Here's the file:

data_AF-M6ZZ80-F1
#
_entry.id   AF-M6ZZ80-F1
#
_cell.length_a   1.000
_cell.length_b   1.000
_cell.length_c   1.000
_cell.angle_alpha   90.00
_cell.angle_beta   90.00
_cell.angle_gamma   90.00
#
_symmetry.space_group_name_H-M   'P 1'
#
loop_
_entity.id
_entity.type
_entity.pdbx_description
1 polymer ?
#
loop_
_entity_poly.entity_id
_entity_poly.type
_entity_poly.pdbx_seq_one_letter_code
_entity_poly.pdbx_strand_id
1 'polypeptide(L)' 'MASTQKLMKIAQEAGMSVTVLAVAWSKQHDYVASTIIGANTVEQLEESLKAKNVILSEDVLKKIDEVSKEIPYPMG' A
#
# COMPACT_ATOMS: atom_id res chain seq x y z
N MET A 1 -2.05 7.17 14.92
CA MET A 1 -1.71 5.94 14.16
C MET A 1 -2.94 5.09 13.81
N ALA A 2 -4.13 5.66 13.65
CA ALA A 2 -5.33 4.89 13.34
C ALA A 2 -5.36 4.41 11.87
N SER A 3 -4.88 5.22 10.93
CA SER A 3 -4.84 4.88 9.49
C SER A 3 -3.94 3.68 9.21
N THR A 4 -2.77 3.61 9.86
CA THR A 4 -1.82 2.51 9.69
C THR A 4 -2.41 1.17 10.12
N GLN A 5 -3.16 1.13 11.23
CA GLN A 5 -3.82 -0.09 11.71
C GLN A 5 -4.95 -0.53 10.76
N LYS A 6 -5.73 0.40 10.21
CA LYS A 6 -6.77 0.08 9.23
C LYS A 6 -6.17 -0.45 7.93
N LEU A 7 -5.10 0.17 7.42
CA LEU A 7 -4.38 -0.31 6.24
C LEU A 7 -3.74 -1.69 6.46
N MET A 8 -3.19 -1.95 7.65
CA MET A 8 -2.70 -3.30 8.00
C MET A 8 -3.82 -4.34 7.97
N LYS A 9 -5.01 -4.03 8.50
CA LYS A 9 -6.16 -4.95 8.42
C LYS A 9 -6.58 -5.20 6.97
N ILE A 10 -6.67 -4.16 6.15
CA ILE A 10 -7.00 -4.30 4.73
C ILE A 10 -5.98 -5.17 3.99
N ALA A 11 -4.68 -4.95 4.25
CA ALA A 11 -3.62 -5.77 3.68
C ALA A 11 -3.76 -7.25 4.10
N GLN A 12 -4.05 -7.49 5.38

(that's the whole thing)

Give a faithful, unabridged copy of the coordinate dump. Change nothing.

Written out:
data_AF-M6ZZ80-F1
#
_entry.id   AF-M6ZZ80-F1
#
_cell.length_a   1.000
_cell.length_b   1.000
_cell.length_c   1.000
_cell.angle_alpha   90.00
_cell.angle_beta   90.00
_cell.angle_gamma   90.00
#
_symmetry.space_group_name_H-M   'P 1'
#
loop_
_entity.id
_entity.type
_entity.pdbx_description
1 polymer ?
#
loop_
_entity_poly.entity_id
_entity_poly.type
_entity_poly.pdbx_seq_one_letter_code
_entity_poly.pdbx_strand_id
1 'polypeptide(L)' 'MASTQKLMKIAQEAGMSVTVLAVAWSKQHDYVASTIIGANTVEQLEESLKAKNVILSEDVLKKIDEVSKEIPYPMG' A
#
# COMPACT_ATOMS: atom_id res chain seq x y z
N MET A 1 -2.05 7.17 14.92
CA MET A 1 -1.71 5.94 14.16
C MET A 1 -2.94 5.09 13.81
N ALA A 2 -4.13 5.66 13.65
CA ALA A 2 -5.33 4.89 13.34
C ALA A 2 -5.36 4.41 11.87
N SER A 3 -4.88 5.22 10.93
CA SER A 3 -4.84 4.88 9.49
C SER A 3 -3.94 3.68 9.21
N THR A 4 -2.77 3.61 9.86
CA THR A 4 -1.82 2.51 9.69
C THR A 4 -2.41 1.17 10.12
N GLN A 5 -3.16 1.13 11.23
CA GLN A 5 -3.82 -0.09 11.71
C GLN A 5 -4.95 -0.53 10.76
N LYS A 6 -5.73 0.40 10.21
CA LYS A 6 -6.77 0.08 9.23
C LYS A 6 -6.17 -0.45 7.93
N LEU A 7 -5.10 0.17 7.42
CA LEU A 7 -4.38 -0.31 6.24
C LEU A 7 -3.74 -1.69 6.46
N MET A 8 -3.19 -1.95 7.65
CA MET A 8 -2.70 -3.30 8.00
C MET A 8 -3.82 -4.34 7.97
N LYS A 9 -5.01 -4.03 8.50
CA LYS A 9 -6.16 -4.95 8.42
C LYS A 9 -6.58 -5.20 6.97
N ILE A 10 -6.67 -4.16 6.15
CA ILE A 10 -7.00 -4.30 4.73
C ILE A 10 -5.98 -5.17 3.99
N ALA A 11 -4.68 -4.95 4.25
CA ALA A 11 -3.62 -5.77 3.68
C ALA A 11 -3.76 -7.25 4.10
N GLN A 12 -4.05 -7.49 5.38